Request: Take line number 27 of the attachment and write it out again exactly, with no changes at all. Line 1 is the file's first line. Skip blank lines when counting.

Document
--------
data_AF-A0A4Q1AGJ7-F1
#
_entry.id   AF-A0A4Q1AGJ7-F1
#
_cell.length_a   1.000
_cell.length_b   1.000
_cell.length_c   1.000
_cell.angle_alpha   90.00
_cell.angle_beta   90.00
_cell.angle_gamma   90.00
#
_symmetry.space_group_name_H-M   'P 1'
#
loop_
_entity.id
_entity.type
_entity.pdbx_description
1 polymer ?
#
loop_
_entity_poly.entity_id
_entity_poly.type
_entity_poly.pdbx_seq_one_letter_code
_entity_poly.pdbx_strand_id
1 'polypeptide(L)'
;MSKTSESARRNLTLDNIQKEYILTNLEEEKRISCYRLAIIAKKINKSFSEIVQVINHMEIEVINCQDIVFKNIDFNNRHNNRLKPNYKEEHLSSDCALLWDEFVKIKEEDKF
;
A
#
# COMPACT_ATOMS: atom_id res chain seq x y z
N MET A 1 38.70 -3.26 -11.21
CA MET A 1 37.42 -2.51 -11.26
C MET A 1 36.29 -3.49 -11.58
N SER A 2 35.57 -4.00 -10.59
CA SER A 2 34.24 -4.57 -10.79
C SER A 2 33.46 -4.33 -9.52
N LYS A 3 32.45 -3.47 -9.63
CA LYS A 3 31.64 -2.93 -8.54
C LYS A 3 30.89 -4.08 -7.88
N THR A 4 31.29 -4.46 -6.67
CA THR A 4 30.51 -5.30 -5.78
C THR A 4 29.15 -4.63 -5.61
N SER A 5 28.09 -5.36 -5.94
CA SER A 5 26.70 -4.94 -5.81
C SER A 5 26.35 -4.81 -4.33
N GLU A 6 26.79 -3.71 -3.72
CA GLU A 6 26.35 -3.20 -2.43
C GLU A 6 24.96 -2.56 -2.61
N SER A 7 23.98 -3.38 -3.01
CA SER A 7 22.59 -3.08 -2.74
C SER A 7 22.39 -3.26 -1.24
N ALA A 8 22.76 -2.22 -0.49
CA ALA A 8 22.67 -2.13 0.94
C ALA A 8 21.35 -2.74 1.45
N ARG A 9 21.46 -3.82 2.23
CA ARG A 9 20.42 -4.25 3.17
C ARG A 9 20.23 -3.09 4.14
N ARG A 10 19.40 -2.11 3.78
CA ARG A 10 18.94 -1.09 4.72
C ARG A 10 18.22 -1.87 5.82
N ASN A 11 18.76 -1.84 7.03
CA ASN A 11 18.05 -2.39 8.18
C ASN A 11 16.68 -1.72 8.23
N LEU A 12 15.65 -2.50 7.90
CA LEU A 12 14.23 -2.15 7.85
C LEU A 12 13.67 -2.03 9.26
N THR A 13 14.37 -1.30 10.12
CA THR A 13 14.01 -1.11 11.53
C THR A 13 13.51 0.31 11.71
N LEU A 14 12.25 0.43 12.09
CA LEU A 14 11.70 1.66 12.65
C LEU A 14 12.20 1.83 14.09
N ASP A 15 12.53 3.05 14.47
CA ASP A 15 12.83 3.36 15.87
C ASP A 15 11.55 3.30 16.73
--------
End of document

;